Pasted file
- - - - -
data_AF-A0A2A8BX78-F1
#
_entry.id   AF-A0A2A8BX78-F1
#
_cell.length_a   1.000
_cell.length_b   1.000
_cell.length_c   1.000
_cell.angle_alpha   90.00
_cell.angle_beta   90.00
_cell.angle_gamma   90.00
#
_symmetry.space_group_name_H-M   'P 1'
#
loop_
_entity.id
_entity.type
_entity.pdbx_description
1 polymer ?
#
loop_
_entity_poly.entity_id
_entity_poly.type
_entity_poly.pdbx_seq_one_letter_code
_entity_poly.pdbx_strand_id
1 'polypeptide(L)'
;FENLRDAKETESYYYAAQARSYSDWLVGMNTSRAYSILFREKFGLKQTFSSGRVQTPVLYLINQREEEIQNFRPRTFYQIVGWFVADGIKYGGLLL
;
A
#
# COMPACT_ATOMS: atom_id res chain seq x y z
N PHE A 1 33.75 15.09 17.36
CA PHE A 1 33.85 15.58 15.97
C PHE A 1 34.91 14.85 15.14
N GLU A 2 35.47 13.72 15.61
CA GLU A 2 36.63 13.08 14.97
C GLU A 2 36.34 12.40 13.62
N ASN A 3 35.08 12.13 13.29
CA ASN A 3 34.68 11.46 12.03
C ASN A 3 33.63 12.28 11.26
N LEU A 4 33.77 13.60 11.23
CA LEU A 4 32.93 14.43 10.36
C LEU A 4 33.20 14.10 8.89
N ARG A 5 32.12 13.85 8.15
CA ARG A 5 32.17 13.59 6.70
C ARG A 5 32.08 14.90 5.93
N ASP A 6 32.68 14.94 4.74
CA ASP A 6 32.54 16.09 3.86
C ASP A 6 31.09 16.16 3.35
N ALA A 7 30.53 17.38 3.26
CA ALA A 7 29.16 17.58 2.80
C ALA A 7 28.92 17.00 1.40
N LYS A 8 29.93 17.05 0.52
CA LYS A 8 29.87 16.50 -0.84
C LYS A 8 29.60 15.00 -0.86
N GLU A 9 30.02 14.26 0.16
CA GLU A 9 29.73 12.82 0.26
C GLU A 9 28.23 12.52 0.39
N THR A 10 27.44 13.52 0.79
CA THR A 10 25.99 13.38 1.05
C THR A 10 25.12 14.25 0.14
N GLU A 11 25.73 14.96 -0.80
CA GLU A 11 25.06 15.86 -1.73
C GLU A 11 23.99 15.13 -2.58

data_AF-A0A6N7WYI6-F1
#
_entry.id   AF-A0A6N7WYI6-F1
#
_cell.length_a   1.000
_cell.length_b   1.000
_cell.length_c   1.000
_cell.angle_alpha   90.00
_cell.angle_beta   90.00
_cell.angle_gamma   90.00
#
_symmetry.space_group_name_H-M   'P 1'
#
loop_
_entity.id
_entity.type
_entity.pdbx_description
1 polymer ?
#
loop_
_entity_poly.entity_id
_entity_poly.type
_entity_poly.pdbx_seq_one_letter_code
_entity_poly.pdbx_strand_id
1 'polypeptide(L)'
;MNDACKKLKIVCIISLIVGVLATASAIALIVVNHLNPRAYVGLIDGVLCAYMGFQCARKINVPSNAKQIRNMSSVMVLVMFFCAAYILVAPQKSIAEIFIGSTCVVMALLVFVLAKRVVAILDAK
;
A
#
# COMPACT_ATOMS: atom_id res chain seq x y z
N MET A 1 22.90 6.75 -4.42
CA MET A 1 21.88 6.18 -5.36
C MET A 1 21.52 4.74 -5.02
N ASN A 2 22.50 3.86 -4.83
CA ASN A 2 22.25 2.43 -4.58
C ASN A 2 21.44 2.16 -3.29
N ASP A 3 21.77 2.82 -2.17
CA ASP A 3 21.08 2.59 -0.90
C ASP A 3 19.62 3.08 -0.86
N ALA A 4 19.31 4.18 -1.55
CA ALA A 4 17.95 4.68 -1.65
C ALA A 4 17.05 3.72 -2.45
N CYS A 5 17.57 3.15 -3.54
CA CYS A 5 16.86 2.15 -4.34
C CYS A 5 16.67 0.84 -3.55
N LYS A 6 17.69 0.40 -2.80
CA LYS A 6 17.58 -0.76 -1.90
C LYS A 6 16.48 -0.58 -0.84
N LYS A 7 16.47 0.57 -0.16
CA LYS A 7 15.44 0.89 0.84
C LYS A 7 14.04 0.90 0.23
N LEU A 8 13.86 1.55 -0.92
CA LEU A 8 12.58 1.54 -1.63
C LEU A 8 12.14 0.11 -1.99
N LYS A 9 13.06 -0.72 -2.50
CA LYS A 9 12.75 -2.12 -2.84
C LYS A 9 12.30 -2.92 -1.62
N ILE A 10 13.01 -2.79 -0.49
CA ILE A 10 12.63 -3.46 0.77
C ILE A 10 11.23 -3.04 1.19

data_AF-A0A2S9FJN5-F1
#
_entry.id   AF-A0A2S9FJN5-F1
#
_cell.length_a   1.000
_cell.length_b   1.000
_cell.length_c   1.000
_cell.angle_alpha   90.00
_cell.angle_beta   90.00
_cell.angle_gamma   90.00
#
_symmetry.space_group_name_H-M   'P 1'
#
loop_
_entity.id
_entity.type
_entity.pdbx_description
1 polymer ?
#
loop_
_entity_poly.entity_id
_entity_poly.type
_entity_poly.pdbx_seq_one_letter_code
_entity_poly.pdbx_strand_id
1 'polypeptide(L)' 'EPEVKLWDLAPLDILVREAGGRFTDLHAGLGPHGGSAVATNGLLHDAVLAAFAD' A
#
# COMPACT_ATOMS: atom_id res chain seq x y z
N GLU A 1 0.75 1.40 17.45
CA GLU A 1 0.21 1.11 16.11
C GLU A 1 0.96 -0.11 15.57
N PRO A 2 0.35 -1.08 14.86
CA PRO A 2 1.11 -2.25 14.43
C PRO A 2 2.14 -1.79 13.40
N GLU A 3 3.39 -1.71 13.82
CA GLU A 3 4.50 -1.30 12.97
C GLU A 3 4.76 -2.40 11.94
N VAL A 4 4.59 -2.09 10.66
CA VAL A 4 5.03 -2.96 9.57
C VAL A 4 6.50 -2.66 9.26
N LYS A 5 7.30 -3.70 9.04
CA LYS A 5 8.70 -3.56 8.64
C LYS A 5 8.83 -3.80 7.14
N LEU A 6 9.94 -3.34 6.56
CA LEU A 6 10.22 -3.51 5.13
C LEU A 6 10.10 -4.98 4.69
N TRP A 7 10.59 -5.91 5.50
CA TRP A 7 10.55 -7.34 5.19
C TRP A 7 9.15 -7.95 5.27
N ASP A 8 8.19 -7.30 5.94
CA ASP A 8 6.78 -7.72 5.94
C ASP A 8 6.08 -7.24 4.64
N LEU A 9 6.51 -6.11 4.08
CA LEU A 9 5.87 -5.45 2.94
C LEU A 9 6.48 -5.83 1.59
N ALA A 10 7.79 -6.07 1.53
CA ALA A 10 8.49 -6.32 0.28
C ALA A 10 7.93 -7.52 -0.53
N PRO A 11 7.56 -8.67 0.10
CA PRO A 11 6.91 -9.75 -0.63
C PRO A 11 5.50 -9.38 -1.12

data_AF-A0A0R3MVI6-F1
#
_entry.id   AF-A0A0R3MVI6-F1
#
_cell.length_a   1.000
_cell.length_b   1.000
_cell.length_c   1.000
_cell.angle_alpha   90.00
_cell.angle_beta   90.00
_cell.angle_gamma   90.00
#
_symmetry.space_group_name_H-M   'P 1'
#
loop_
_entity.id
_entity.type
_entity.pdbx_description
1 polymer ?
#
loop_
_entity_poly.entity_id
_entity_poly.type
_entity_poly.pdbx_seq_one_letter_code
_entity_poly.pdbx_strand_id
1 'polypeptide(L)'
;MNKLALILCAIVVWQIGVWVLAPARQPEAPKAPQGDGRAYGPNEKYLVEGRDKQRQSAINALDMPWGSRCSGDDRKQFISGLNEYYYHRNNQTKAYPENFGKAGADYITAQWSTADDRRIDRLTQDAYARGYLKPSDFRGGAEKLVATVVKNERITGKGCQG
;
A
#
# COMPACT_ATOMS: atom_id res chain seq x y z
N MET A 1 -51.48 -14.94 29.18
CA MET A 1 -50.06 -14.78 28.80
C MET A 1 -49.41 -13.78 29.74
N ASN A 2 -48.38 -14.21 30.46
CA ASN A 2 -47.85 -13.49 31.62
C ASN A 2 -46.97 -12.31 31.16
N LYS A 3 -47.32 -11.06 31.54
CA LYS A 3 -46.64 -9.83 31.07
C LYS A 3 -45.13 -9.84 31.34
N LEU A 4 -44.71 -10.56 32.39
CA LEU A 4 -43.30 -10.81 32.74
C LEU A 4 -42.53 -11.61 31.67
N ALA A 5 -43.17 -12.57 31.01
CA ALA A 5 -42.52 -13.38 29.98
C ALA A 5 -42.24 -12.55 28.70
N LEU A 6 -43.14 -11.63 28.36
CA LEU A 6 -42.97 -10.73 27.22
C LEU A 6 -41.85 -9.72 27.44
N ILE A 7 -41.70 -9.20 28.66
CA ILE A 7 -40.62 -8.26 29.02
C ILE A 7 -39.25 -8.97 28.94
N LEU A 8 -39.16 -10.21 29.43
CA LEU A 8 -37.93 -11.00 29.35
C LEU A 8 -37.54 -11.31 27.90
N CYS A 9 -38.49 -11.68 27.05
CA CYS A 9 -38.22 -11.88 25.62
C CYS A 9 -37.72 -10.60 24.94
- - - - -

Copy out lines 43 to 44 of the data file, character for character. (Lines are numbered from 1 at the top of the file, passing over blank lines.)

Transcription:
N ARG A 5 32.12 13.85 8.15
CA ARG A 5 32.17 13.59 6.70